Mideast Notebook: Little thought of war's politics
March 2, 2003
Back home everyone is following the latest moves in the worldwide chess game over Iraq: What have the U.N. inspectors found? Where is Saddam hiding his bombs? Which countries are lining up with the United States? How many people are protesting the war? Will the Security Council pass a new resolution?
But what do soldiers on the front lines in Kuwait think about the politics of this conflict?
The short answer is: They think about it little and talk about it even less.
The average soldier here is only faintly aware what is happening on the political front. There is no Internet access or e-mail. Stars and Stripes is hard to find and rarely makes it outside the command posts. A couple of the MWR tents do have televisions connected to AFN’s news channel, but most are too busy to watch. Many are in their late teens or early 20s, an age at which news commands less interest than music, dating and parties.
The Army has plenty of political conservatives, people who like President Bush a lot. A few soldiers in Germany will admit, over coffee and off the record, they think he ought to tone it down a little and listen to U.S. allies.
In Kuwait, though, matters at hand are so much more important than all that gaming. Soldiers here spend most of their time thinking about fixing helicopters, keeping sand out of truck engines, cleaning rifles. In their free time, they play cards and computer games, things that help them forget about work. They look forward to their next meal.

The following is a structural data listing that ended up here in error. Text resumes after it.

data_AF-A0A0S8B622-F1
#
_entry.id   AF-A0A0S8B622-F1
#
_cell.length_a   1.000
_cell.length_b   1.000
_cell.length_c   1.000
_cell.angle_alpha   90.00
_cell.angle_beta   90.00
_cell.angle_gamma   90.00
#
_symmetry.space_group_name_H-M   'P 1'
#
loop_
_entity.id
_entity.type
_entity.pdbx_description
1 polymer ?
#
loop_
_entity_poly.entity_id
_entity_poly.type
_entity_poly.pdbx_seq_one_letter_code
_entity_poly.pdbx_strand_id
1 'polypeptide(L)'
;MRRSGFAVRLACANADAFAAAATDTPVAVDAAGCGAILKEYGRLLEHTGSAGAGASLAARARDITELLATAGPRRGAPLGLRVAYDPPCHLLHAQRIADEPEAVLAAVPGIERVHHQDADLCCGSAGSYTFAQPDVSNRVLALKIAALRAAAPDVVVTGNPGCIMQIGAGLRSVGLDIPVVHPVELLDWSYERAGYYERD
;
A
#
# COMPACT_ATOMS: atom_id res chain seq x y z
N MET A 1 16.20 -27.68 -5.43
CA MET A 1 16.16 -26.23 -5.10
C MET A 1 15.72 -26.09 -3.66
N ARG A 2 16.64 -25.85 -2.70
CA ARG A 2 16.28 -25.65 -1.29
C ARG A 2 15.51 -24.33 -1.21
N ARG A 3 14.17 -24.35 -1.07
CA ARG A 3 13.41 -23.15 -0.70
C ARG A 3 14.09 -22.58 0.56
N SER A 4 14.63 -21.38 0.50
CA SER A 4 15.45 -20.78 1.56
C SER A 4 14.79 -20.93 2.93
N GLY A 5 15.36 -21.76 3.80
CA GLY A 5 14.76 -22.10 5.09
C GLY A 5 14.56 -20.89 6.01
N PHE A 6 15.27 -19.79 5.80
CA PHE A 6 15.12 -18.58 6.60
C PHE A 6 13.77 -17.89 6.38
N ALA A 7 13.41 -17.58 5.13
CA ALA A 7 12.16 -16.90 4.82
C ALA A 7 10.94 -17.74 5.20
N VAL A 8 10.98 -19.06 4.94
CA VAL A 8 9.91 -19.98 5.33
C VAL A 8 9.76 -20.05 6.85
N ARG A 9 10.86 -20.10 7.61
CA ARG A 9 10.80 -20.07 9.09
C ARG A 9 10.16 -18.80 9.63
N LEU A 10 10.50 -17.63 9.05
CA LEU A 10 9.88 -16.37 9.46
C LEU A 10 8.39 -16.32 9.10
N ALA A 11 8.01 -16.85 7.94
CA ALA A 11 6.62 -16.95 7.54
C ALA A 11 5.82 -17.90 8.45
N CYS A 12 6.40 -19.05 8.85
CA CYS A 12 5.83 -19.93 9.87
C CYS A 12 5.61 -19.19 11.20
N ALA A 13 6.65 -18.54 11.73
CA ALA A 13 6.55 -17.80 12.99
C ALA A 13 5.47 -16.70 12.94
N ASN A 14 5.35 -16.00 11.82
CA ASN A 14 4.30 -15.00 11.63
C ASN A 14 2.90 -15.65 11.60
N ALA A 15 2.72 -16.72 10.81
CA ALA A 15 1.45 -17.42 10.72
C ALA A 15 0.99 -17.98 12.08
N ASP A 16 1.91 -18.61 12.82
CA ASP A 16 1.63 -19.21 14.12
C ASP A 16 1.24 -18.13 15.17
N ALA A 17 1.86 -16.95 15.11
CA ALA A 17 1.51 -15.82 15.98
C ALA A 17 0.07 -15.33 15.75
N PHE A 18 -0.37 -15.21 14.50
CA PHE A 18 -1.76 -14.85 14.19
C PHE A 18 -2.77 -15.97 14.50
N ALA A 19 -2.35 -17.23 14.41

“You’ll hear a lot more about whether you get jalapeno cheese in your MRE than whether the French have undermined us in the U.N.,” said Lt. Col. Scott Thompson, commander of the 2nd Squadron, 6th Cavalry Regiment, based in Illesheim, Germany.
To the extent the troops think about the political situation, it is to consider how politics might affect them if an attack begins. Almost all of them would like things to start as soon as possible, if they’re going to start.
That is not because they are warmongers or want to kill someone. It is because they have spent lots of time and sweat learning how to be good soldiers. This is one of the few chances they have to prove it on a real battlefield. Then they want to get home to their families as fast as possible.
Some of the older ones — especially the veterans of Kosovo, Somalia, Desert Storm, Panama and Vietnam — don’t mind too much if this crisis goes away without a fight. They need no proof of their prowess.
And they know the real purpose of a strong military is not to fight, but to be so strong that the enemy doesn’t want to fight.
“Everyone here is involved in planning for the worst-case scenario,” Thompson said, “which is packing up, heading north, and kicking Saddam’s ass.”
Until they are called home, they plan to keep training hard. They miss their families, but one of the pluses to a long stay in a remote place is that soldiers can focus on their work without thinking of anything else. That’s why almost everyone here seems content, even cheerful, in spite of cramped living quarters and long chow lines.
Leave the politics to someone else. This is a soldier’s life.